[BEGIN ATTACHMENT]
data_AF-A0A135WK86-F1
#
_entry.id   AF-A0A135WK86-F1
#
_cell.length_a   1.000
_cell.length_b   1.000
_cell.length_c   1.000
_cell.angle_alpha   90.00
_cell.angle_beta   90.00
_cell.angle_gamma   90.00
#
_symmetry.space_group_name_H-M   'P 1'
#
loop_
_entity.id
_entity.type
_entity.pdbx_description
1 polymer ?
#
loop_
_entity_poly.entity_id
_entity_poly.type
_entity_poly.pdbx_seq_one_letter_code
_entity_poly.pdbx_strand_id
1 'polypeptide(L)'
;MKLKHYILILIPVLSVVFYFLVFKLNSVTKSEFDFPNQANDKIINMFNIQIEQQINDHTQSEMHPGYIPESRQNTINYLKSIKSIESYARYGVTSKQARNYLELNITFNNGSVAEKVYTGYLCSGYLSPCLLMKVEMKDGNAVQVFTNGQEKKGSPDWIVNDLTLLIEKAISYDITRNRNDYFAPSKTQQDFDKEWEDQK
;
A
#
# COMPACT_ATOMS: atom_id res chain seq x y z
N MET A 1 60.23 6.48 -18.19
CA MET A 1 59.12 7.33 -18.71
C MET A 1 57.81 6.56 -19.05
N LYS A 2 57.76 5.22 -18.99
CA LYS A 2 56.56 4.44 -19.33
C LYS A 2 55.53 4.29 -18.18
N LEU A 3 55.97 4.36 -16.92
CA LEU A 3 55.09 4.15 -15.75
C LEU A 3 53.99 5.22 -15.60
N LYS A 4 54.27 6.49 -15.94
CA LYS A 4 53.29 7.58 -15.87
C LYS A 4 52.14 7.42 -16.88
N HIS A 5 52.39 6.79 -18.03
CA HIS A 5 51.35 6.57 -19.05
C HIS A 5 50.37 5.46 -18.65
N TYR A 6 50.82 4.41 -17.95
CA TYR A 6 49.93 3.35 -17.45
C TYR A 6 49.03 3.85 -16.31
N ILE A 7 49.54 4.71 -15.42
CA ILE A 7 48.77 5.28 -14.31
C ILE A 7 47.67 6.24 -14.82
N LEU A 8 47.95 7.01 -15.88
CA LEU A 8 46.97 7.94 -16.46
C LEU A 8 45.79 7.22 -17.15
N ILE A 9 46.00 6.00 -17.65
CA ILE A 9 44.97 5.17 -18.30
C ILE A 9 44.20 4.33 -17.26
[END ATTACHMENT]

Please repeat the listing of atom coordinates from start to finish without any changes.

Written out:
data_AF-A0A135WK86-F1
#
_entry.id   AF-A0A135WK86-F1
#
_cell.length_a   1.000
_cell.length_b   1.000
_cell.length_c   1.000
_cell.angle_alpha   90.00
_cell.angle_beta   90.00
_cell.angle_gamma   90.00
#
_symmetry.space_group_name_H-M   'P 1'
#
loop_
_entity.id
_entity.type
_entity.pdbx_description
1 polymer ?
#
loop_
_entity_poly.entity_id
_entity_poly.type
_entity_poly.pdbx_seq_one_letter_code
_entity_poly.pdbx_strand_id
1 'polypeptide(L)'
;MKLKHYILILIPVLSVVFYFLVFKLNSVTKSEFDFPNQANDKIINMFNIQIEQQINDHTQSEMHPGYIPESRQNTINYLKSIKSIESYARYGVTSKQARNYLELNITFNNGSVAEKVYTGYLCSGYLSPCLLMKVEMKDGNAVQVFTNGQEKKGSPDWIVNDLTLLIEKAISYDITRNRNDYFAPSKTQQDFDKEWEDQK
;
A
#
# COMPACT_ATOMS: atom_id res chain seq x y z
N MET A 1 60.23 6.48 -18.19
CA MET A 1 59.12 7.33 -18.71
C MET A 1 57.81 6.56 -19.05
N LYS A 2 57.76 5.22 -18.99
CA LYS A 2 56.56 4.44 -19.33
C LYS A 2 55.53 4.29 -18.18
N LEU A 3 55.97 4.36 -16.92
CA LEU A 3 55.09 4.15 -15.75
C LEU A 3 53.99 5.22 -15.60
N LYS A 4 54.27 6.49 -15.94
CA LYS A 4 53.29 7.58 -15.87
C LYS A 4 52.14 7.42 -16.88
N HIS A 5 52.39 6.79 -18.03
CA HIS A 5 51.35 6.57 -19.05
C HIS A 5 50.37 5.46 -18.65
N TYR A 6 50.82 4.41 -17.95
CA TYR A 6 49.93 3.35 -17.45
C TYR A 6 49.03 3.85 -16.31
N ILE A 7 49.54 4.71 -15.42
CA ILE A 7 48.77 5.28 -14.31
C ILE A 7 47.67 6.24 -14.82
N LEU A 8 47.95 7.01 -15.88
CA LEU A 8 46.97 7.94 -16.46
C LEU A 8 45.79 7.22 -17.15
N ILE A 9 46.00 6.00 -17.65
CA ILE A 9 44.97 5.17 -18.30
C ILE A 9 44.20 4.33 -17.26